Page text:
The Tokyo Setagaya-ku Cleaning and Recycling department uses expired departmental flyers for its business cards. The department uses the reverse side of printed material that has been used in the department. The front of the business card contains the usual business card information. On the back of the cards Lets Japan received is a
People who have lost their jobs and do not have money for food seem to be responsible for an increase in convenience store robberies in Tokyo. The Metropolitan Police Department said food is being targeted instead of cash. In September, a man armed with a knife stole onigiri (rice balls) and flavored carbonated alcoholic beverages
Posters promoting longer skirt lengths in Niigata high schools are causing a controversy. A group of high school teachers who also act as guidance counselors made the posters and distributed them to all high schools in Niigata prefecture in December 2008. At the end of January, school principals started the "Proper dress all at once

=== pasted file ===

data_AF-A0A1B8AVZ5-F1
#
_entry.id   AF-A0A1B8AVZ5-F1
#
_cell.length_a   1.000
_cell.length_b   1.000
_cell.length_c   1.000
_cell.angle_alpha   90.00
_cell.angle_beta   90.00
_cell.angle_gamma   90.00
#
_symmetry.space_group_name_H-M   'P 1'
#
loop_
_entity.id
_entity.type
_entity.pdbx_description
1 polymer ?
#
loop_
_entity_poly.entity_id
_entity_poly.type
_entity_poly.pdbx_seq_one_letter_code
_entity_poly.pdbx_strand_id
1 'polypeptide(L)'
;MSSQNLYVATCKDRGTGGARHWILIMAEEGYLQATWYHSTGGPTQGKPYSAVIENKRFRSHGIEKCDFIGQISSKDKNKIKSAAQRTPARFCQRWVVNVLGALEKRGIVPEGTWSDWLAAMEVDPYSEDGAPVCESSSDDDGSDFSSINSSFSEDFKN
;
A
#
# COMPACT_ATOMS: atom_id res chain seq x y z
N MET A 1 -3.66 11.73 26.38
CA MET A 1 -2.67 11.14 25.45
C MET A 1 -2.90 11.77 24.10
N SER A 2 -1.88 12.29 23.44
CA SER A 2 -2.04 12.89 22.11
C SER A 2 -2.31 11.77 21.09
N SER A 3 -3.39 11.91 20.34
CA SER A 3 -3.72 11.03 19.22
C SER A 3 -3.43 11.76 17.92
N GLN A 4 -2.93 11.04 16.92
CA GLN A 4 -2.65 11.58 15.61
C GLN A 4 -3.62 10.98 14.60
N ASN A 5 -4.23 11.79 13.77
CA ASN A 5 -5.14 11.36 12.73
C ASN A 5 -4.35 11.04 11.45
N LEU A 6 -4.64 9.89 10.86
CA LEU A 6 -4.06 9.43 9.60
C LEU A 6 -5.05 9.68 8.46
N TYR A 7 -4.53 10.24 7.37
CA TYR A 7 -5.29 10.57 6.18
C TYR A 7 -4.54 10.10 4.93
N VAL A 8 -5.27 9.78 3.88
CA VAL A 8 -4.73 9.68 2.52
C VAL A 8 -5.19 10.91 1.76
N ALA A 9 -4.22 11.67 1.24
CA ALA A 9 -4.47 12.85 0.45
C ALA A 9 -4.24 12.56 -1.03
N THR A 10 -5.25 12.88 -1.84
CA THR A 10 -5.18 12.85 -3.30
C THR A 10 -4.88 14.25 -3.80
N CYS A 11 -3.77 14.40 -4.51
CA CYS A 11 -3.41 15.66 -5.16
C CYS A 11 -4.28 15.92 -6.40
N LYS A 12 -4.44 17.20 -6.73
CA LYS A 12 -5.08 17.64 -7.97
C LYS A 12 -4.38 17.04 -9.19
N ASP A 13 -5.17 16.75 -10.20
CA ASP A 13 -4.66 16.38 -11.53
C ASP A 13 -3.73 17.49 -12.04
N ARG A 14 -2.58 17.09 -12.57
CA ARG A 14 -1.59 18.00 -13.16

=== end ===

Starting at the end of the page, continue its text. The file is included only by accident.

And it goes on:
The October nationwide campaign by the Japan National Police Agency aimed at preventing senior citizens from becoming victims of telephone fraud ended with door-to-door delivery of fraud-warning flyers in one ward of Tokyo. Cops in Setagaya-Ku, Tokyo, handed-out notices to residents at home, and placed the flyers in mailboxes if no one was at home.
The Blue Shield The one-man shelters that many of Japan’s homeless construct from heavy blue tarpaulins can be found in parks, under bridges, and along river banks. An April 2007 Japan Ministry of Health, Labour and Welfare report shows there are 4,213 homeless in Tokyo’s 23 wards, and about 18,500 homeless nationwide. The country has